## 11.7.2 Information Spaces for Games on State Spaces

I-space concepts can also be incorporated into sequential games that are played over state spaces. The resulting formulation naturally extends Formulation 11.1 of Section 11.1 to multiple players. Rather than starting with two players and generalizing later, the full generality of having players is assumed up front. The focus in this section is primarily on characterizing I-spaces for such games, rather than solving them. Solution approaches depend heavily on the particular information models; therefore, they will not be covered here.

As in Section 11.7.1, each player has its own frame of reference and therefore its own I-space. The I-state for each player indicates its information regarding a common game state. This is the same state as introduced in Section 10.5; however, each player may have different observations and may not know the actions of others. Therefore, the I-state is different for each decision maker. In the case of perfect state sensing, these I-spaces all collapse to .

Suppose that there are players. As presented in Section 10.5, each player has its own action space, ; however, here it is not allowed to depend on , because the state may generally be unknown. It can depend, however, on the I-state. If nature actions may interfere with the state transition equation, then (10.120) is used (if there are two players); otherwise, (10.121) is used, which leads to predictable future states if the actions of all of the players are given. A single nature action, , is used to model the effect of nature across all players when uncertainty in prediction exists.

Any of the sensor models from Section 11.1.1 may be defined in the case of multiple players. Each has its own observation space and sensor mapping . For each player, nature may interfere with observations through nature sensing actions, . A state-action sensor mapping appears as ; state sensor mappings and history-based sensor mappings may also be defined.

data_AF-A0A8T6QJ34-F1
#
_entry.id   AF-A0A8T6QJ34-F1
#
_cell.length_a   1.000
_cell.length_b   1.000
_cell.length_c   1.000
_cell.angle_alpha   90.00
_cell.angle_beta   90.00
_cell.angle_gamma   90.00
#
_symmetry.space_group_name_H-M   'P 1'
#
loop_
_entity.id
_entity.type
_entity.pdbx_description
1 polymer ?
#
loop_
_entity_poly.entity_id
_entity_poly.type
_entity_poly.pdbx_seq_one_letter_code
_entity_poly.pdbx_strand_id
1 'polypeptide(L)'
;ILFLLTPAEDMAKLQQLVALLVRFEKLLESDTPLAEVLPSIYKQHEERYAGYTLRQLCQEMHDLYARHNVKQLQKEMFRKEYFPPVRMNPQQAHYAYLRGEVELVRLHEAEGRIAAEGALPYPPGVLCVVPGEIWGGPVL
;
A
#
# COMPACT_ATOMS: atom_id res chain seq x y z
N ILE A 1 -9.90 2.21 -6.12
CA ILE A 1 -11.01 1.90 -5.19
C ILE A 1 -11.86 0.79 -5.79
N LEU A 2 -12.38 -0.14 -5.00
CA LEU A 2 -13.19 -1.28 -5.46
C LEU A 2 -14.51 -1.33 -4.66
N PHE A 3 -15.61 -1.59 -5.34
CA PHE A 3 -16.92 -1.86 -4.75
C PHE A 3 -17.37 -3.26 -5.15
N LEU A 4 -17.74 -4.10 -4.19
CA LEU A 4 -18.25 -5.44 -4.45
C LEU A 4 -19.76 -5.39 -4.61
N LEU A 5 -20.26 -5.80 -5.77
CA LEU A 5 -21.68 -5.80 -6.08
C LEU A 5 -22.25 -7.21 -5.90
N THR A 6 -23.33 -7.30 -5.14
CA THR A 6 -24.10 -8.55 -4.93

Consider how the game appears to a single player at stage . What information might be available for making a decision? Each player produces the following in the most general case: 1) an initial condition, ; 2) an action history, ; and 3) and an observation history, . It must be specified whether one player knows the previous actions that have been applied by other players. It might even be possible for one player to receive the observations of other players. If receives all of this information, its history I-state at stage is

 (11.84)

In most situations, however, only includes a subset of the histories from (11.84). A typical situation is

 (11.85)

which means that knows only its own actions and observations. Another possibility is that all players know all actions that have been applied, but they do not receive the observations of other players. This results in

 (11.86)

Of course, many special cases may be defined by generalizing many of the examples in this chapter. For example, an intriguing sensorless game may be defined in which the history I-state consists only of actions. This could yield

 (11.87)

or even a more secretive game in which the actions of other players are not known:

 (11.88)

Once the I-state has been decided upon, a history I-space for each player is defined as the set of all history I-states. In general, I-maps and derived I-spaces can be defined to yield alternative simplifications of each history I-space.

Assuming all spaces are finite, the concepts given so far can be organized into a sequential game formulation that is the imperfect state information counterpart of Formulation 10.4:

Formulation 11..4 (Sequential Game with I-Spaces)
1. A set of players, , , , .
2. A nonempty, finite state space .
3. For each , a finite action space . We also allow a more general definition, in which the set of available choices depends on the history I-state; this can be written as .
4. A finite nature action space for each , and for each such that .
5. A state transition function that produces a state, , for every , , and for each such that .
6. For each , a finite observation space .
7. For each , a finite nature sensing action space for each .